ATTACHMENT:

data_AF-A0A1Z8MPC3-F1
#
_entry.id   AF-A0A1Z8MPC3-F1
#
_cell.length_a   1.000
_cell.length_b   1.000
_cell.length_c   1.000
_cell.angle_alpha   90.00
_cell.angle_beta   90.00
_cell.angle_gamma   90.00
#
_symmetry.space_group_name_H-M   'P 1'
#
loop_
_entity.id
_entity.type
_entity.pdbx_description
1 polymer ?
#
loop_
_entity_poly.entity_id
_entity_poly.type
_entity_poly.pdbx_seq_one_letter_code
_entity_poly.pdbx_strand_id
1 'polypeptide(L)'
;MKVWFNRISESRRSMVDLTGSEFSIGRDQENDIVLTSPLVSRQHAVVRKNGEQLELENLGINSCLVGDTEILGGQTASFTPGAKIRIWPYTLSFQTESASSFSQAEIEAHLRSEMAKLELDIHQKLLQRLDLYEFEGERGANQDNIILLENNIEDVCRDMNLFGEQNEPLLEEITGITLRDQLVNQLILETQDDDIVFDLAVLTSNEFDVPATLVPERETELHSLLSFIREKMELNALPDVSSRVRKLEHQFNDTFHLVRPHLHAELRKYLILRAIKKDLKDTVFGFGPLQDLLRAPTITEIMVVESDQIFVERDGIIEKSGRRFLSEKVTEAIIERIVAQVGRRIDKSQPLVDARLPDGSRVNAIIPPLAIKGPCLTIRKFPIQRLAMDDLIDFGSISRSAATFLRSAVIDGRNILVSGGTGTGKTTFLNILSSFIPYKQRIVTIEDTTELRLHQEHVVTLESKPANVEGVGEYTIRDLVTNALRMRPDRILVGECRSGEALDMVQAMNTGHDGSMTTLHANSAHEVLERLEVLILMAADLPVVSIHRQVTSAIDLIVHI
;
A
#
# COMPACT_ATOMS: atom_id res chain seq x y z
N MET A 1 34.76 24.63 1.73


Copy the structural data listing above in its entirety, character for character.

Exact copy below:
data_AF-A0A1Z8MPC3-F1
#
_entry.id   AF-A0A1Z8MPC3-F1
#
_cell.length_a   1.000
_cell.length_b   1.000
_cell.length_c   1.000
_cell.angle_alpha   90.00
_cell.angle_beta   90.00
_cell.angle_gamma   90.00
#
_symmetry.space_group_name_H-M   'P 1'
#
loop_
_entity.id
_entity.type
_entity.pdbx_description
1 polymer ?
#
loop_
_entity_poly.entity_id
_entity_poly.type
_entity_poly.pdbx_seq_one_letter_code
_entity_poly.pdbx_strand_id
1 'polypeptide(L)'
;MKVWFNRISESRRSMVDLTGSEFSIGRDQENDIVLTSPLVSRQHAVVRKNGEQLELENLGINSCLVGDTEILGGQTASFTPGAKIRIWPYTLSFQTESASSFSQAEIEAHLRSEMAKLELDIHQKLLQRLDLYEFEGERGANQDNIILLENNIEDVCRDMNLFGEQNEPLLEEITGITLRDQLVNQLILETQDDDIVFDLAVLTSNEFDVPATLVPERETELHSLLSFIREKMELNALPDVSSRVRKLEHQFNDTFHLVRPHLHAELRKYLILRAIKKDLKDTVFGFGPLQDLLRAPTITEIMVVESDQIFVERDGIIEKSGRRFLSEKVTEAIIERIVAQVGRRIDKSQPLVDARLPDGSRVNAIIPPLAIKGPCLTIRKFPIQRLAMDDLIDFGSISRSAATFLRSAVIDGRNILVSGGTGTGKTTFLNILSSFIPYKQRIVTIEDTTELRLHQEHVVTLESKPANVEGVGEYTIRDLVTNALRMRPDRILVGECRSGEALDMVQAMNTGHDGSMTTLHANSAHEVLERLEVLILMAADLPVVSIHRQVTSAIDLIVHI
;
A
#
# COMPACT_ATOMS: atom_id res chain seq x y z
N MET A 1 34.76 24.63 1.73